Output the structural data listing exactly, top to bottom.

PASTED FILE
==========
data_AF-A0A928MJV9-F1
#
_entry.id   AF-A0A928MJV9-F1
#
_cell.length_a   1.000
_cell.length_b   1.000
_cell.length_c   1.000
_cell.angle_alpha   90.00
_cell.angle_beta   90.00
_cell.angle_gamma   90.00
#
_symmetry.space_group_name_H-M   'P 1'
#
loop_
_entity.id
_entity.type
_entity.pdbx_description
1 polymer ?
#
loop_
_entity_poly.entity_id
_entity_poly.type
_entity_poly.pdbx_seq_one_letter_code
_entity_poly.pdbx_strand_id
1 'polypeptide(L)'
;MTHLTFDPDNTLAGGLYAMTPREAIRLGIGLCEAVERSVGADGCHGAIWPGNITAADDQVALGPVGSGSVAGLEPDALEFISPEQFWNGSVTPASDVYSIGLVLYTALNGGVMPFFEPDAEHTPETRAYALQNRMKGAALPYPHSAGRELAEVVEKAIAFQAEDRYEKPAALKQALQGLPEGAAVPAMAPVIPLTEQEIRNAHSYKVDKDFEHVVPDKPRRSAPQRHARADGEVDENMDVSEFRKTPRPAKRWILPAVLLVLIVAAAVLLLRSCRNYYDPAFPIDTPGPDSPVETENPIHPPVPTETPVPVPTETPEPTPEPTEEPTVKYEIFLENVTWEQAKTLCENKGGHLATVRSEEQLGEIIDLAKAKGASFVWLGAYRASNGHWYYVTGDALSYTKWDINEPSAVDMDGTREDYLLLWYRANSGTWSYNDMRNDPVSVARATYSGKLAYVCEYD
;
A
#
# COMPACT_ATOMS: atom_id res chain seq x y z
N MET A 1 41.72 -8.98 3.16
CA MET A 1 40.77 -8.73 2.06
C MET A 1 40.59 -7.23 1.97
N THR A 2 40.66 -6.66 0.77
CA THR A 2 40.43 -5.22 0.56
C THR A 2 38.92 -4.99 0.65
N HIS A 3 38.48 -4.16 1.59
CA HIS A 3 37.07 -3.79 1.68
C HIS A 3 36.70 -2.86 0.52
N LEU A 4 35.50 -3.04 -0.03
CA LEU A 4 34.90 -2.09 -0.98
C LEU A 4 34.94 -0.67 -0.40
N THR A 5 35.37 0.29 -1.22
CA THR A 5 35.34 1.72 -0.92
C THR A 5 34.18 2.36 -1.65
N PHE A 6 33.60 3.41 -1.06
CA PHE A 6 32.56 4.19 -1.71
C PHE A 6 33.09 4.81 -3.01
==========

data_AF-A0A928MJV9-F1
#
_entry.id   AF-A0A928MJV9-F1
#
_cell.length_a   1.000
_cell.length_b   1.000
_cell.length_c   1.000
_cell.angle_alpha   90.00
_cell.angle_beta   90.00
_cell.angle_gamma   90.00
#
_symmetry.space_group_name_H-M   'P 1'
#
loop_
_entity.id
_entity.type
_entity.pdbx_description
1 polymer ?
#
loop_
_entity_poly.entity_id
_entity_poly.type
_entity_poly.pdbx_seq_one_letter_code
_entity_poly.pdbx_strand_id
1 'polypeptide(L)'
;MTHLTFDPDNTLAGGLYAMTPREAIRLGIGLCEAVERSVGADGCHGAIWPGNITAADDQVALGPVGSGSVAGLEPDALEFISPEQFWNGSVTPASDVYSIGLVLYTALNGGVMPFFEPDAEHTPETRAYALQNRMKGAALPYPHSAGRELAEVVEKAIAFQAEDRYEKPAALKQALQGLPEGAAVPAMAPVIPLTEQEIRNAHSYKVDKDFEHVVPDKPRRSAPQRHARADGEVDENMDVSEFRKTPRPAKRWILPAVLLVLIVAAAVLLLRSCRNYYDPAFPIDTPGPDSPVETENPIHPPVPTETPVPVPTETPEPTPEPTEEPTVKYEIFLENVTWEQAKTLCENKGGHLATVRSEEQLGEIIDLAKAKGASFVWLGAYRASNGHWYYVTGDALSYTKWDINEPSAVDMDGTREDYLLLWYRANSGTWSYNDMRNDPVSVARATYSGKLAYVCEYD
;
A
#
# COMPACT_ATOMS: atom_id res chain seq x y z
N MET A 1 41.72 -8.98 3.16
CA MET A 1 40.77 -8.73 2.06
C MET A 1 40.59 -7.23 1.97
N THR A 2 40.66 -6.66 0.77
CA THR A 2 40.43 -5.22 0.56
C THR A 2 38.92 -4.99 0.65
N HIS A 3 38.48 -4.16 1.59
CA HIS A 3 37.07 -3.79 1.68
C HIS A 3 36.70 -2.86 0.52
N LEU A 4 35.50 -3.04 -0.03
CA LEU A 4 34.90 -2.09 -0.98
C LEU A 4 34.94 -0.67 -0.40
N THR A 5 35.37 0.29 -1.22
CA THR A 5 35.34 1.72 -0.92
C THR A 5 34.18 2.36 -1.65
N PHE A 6 33.60 3.41 -1.06
CA PHE A 6 32.56 4.19 -1.71
C PHE A 6 33.09 4.81 -3.01